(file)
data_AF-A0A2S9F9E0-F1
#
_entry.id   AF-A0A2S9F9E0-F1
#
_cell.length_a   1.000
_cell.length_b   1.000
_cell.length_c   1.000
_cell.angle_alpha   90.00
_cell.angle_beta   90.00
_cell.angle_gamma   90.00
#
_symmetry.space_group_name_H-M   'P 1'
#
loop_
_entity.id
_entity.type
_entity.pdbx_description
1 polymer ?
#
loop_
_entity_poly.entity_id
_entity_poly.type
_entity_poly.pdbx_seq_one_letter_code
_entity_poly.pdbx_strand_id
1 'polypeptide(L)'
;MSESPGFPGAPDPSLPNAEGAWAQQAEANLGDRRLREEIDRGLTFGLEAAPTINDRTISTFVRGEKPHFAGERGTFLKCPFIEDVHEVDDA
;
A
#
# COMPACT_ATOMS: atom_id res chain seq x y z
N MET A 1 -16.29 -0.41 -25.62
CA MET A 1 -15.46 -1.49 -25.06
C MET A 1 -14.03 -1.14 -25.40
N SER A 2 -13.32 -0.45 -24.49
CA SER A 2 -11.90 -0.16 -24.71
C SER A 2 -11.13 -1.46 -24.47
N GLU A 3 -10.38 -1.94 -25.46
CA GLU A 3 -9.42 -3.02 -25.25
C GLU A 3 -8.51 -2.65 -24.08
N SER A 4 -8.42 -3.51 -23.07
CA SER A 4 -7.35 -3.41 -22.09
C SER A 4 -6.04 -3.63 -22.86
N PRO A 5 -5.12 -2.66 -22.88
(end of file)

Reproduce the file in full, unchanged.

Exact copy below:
data_AF-A0A2S9F9E0-F1
#
_entry.id   AF-A0A2S9F9E0-F1
#
_cell.length_a   1.000
_cell.length_b   1.000
_cell.length_c   1.000
_cell.angle_alpha   90.00
_cell.angle_beta   90.00
_cell.angle_gamma   90.00
#
_symmetry.space_group_name_H-M   'P 1'
#
loop_
_entity.id
_entity.type
_entity.pdbx_description
1 polymer ?
#
loop_
_entity_poly.entity_id
_entity_poly.type
_entity_poly.pdbx_seq_one_letter_code
_entity_poly.pdbx_strand_id
1 'polypeptide(L)'
;MSESPGFPGAPDPSLPNAEGAWAQQAEANLGDRRLREEIDRGLTFGLEAAPTINDRTISTFVRGEKPHFAGERGTFLKCPFIEDVHEVDDA
;
A
#
# COMPACT_ATOMS: atom_id res chain seq x y z
N MET A 1 -16.29 -0.41 -25.62
CA MET A 1 -15.46 -1.49 -25.06
C MET A 1 -14.03 -1.14 -25.40
N SER A 2 -13.32 -0.45 -24.49
CA SER A 2 -11.90 -0.16 -24.71
C SER A 2 -11.13 -1.46 -24.47
N GLU A 3 -10.38 -1.94 -25.46
CA GLU A 3 -9.42 -3.02 -25.25
C GLU A 3 -8.51 -2.65 -24.08
N SER A 4 -8.42 -3.51 -23.07
CA SER A 4 -7.35 -3.41 -22.09
C SER A 4 -6.04 -3.63 -22.86
N PRO A 5 -5.12 -2.66 -22.88